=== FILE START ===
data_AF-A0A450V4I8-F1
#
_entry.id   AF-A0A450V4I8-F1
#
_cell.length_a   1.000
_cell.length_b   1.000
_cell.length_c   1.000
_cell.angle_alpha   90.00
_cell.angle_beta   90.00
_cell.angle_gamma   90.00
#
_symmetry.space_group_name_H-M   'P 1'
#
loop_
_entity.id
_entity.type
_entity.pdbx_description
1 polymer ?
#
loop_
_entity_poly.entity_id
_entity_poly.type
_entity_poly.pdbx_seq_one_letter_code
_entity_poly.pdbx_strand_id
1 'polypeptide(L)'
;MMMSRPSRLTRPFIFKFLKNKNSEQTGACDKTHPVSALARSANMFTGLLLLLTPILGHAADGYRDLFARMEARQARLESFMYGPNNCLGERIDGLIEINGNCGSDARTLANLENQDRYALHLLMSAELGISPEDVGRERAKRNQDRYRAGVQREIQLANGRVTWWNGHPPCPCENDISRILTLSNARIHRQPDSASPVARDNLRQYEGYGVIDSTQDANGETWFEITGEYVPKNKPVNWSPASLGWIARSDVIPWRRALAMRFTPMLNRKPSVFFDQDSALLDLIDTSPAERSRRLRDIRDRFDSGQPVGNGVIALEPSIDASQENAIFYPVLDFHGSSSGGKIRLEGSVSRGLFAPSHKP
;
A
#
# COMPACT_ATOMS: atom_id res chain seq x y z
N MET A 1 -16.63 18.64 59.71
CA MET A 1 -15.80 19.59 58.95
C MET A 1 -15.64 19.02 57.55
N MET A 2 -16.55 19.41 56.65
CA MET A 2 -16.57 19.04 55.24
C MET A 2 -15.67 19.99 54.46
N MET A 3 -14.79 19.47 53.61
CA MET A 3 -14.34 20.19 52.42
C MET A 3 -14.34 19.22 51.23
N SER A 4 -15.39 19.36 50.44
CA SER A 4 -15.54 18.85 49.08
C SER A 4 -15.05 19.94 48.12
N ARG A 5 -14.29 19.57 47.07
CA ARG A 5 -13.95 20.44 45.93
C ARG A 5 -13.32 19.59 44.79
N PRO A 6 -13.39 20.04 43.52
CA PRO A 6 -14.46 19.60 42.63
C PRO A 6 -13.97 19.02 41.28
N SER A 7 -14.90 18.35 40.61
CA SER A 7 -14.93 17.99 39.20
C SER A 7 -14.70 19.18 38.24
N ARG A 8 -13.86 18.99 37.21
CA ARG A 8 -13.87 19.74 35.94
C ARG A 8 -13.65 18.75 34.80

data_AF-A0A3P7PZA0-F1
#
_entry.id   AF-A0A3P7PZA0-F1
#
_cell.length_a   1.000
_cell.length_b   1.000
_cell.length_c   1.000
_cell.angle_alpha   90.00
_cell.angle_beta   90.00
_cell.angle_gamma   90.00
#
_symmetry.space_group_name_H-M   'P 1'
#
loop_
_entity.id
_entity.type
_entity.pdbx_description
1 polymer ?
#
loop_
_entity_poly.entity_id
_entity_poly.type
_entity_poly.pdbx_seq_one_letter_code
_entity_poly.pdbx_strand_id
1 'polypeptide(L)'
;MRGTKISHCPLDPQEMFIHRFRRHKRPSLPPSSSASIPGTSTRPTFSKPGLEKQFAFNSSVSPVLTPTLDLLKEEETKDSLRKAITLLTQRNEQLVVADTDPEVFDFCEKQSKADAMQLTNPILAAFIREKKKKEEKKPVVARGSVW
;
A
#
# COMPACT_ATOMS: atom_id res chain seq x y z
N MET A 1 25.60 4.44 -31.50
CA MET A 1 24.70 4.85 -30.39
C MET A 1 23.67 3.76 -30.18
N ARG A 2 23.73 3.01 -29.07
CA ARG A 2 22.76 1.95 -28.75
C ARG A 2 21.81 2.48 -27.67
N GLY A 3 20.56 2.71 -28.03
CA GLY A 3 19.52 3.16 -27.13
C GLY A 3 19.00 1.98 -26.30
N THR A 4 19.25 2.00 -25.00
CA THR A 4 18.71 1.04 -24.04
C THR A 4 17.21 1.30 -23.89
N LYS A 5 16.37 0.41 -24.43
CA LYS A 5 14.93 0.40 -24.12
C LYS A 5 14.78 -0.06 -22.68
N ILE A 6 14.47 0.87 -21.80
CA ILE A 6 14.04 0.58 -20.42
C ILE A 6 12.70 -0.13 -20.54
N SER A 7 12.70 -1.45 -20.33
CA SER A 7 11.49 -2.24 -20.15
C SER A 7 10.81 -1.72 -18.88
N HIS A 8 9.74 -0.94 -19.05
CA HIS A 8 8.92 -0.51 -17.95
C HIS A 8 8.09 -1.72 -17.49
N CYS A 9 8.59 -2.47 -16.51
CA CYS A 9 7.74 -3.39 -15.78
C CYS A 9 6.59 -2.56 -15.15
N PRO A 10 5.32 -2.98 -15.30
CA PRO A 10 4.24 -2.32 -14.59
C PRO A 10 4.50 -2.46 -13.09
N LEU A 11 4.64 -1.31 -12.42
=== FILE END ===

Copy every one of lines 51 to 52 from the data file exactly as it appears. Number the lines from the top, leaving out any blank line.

C SER A 7 -14.70 19.18 38.24
N ARG A 8 -13.86 18.99 37.21